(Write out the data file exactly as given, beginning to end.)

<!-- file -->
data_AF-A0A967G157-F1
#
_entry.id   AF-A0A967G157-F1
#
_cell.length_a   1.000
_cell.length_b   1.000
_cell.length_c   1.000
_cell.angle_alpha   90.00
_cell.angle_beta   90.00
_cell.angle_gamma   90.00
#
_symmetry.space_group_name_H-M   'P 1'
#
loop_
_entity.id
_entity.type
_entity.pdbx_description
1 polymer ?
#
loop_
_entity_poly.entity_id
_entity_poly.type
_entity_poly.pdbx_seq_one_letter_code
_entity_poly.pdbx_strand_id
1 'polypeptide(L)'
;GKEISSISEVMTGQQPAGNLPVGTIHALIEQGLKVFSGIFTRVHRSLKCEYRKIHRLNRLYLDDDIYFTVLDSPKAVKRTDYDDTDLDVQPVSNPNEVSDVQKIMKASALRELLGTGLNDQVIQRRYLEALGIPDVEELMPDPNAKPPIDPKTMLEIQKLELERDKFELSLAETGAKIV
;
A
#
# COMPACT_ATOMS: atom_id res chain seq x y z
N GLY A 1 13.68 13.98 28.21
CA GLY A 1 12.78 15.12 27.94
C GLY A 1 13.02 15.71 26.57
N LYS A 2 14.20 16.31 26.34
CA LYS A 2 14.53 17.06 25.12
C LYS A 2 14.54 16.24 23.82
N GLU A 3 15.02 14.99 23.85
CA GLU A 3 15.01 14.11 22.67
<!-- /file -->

data_AF-A0A967G157-F1
#
_entry.id   AF-A0A967G157-F1
#
_cell.length_a   1.000
_cell.length_b   1.000
_cell.length_c   1.000
_cell.angle_alpha   90.00
_cell.angle_beta   90.00
_cell.angle_gamma   90.00
#
_symmetry.space_group_name_H-M   'P 1'
#
loop_
_entity.id
_entity.type
_entity.pdbx_description
1 polymer ?
#
loop_
_entity_poly.entity_id
_entity_poly.type
_entity_poly.pdbx_seq_one_letter_code
_entity_poly.pdbx_strand_id
1 'polypeptide(L)'
;GKEISSISEVMTGQQPAGNLPVGTIHALIEQGLKVFSGIFTRVHRSLKCEYRKIHRLNRLYLDDDIYFTVLDSPKAVKRTDYDDTDLDVQPVSNPNEVSDVQKIMKASALRELLGTGLNDQVIQRRYLEALGIPDVEELMPDPNAKPPIDPKTMLEIQKLELERDKFELSLAETGAKIV
;
A
#
# COMPACT_ATOMS: atom_id res chain seq x y z
N GLY A 1 13.68 13.98 28.21
CA GLY A 1 12.78 15.12 27.94
C GLY A 1 13.02 15.71 26.57
N LYS A 2 14.20 16.31 26.34
CA LYS A 2 14.53 17.06 25.12
C LYS A 2 14.54 16.24 23.82
N GLU A 3 15.02 14.99 23.85
CA GLU A 3 15.01 14.11 22.67